In July, Snapdeal’s rival Flipkart received $1 billion in funding, which was immediately followed by Amazon’s announcement to invest $2 billion in its Indian operations.

For SoftBank, making big bets in e-commerce is not new. Fourteen years ago, it invested $20 million into a fledgling online venture in China, only to grow it to some $50 billion as the company, Alibaba, went to the market last month. Softbank owns about 34% of Alibaba.

With this, Snapdeal has secured close to $1 billion in funding. In May this year, the company raised $100 million from Temasek, BlackRock and others. Earlier in February, Ebay along with Bessemer Venture Partners, Intel Capital and others had pumped $134 million into it. Other investors in Snapdeal include former Tata group chairman Ratan Tata and Wipro chairman Azim Premji.

Snapdeal was founded in 2010 as a deals website modelled along the lines of Groupon. The startup changed its business model eventually and now has over 50,000 merchants selling through the portal.

With over 25 million registered users, it has grown by 600% in the last year to become one of the biggest competitors to Flipkart and Amazon in the country. During its Diwali sale earlier this month, the startup registered a 100% growth in sales, selling 10 products a second. The company expects $1 billion in revenues this year.

“India has the third-largest Internet user base in the world, but a relatively small online market currently. This situation means India has, with better, faster and cheaper Internet access, a big growth potential,” Nikesh Arora, vice chairman of SoftBank Corp and CEO of SIMI, said in a statement.

SoftBank also led a $210 million round of investment in Ola, the cabs aggregator founded by 29-year-old Bhavish Agarwal. Existing investors Tiger Global, Matrix Partners India and Steadview Capital also participated in this round.

“We believe India is at a turning point in its development and have confidence that India will grow strongly over the next decade. As part of this belief, we intend to deploy significant capital in India over the next few years to support development of the market,” Son said in a statement.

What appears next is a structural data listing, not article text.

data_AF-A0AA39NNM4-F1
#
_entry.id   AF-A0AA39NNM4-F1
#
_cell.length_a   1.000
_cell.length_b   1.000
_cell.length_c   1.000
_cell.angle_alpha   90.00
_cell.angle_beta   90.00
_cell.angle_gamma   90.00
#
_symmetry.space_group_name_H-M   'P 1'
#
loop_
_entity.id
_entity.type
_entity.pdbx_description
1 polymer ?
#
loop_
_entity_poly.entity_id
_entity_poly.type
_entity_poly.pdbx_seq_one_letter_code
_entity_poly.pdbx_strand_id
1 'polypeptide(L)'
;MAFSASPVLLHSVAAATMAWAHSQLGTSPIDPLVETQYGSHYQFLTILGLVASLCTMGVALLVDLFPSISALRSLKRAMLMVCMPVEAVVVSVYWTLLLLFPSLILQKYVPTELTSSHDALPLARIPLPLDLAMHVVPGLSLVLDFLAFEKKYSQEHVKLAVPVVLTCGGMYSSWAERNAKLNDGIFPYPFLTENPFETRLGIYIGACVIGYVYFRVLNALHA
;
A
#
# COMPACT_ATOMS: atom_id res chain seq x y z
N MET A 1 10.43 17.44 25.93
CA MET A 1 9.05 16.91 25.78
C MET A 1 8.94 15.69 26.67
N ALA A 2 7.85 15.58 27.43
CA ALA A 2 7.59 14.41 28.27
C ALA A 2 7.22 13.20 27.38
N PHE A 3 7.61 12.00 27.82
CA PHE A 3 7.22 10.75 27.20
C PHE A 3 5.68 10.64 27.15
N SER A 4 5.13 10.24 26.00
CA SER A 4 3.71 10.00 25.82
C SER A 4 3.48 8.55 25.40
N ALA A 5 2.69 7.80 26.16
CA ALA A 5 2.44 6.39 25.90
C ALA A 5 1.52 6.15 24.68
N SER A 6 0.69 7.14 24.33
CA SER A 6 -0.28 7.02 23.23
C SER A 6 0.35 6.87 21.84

Arora, who joined Softbank in July after a decade at Google, where he was the chief business officer, will now get a seat on the boards of both SnapDeal and Ola.

“We will continue to build towards our vision of transportation as a seamless and ubiquitous service in every corner of the country and focus on the driver ecosystem to enable micro entrepreneurship and skill development at scale,” Ola founder Agarwal said in a statement.

Media reports have said that Softbank is also reportedly looking to invest $300 million in Paytm, a mobile commerce company.

SoftBank also has a joint venture with Bharti Enterprises, a conglomerate that owns Airtel, India’s largest telecom operator. The JV—Bharti SoftBank—has invested more than $21 million in Hike Messenger, a mobile messaging application founded by Kavin Bharti Mittal, son of Bharti Enterprises chairman Sunil Bharti Mittal.

InMobi, a fast-growing Bangalore-based mobile ad network, has also received $200 million in investments from SoftBank. The secretive New York firm Tiger Global is the other foreign investor with a wide exposure to India’s internet businesses.

Son met Prime Minister Narendra Modi on Monday.

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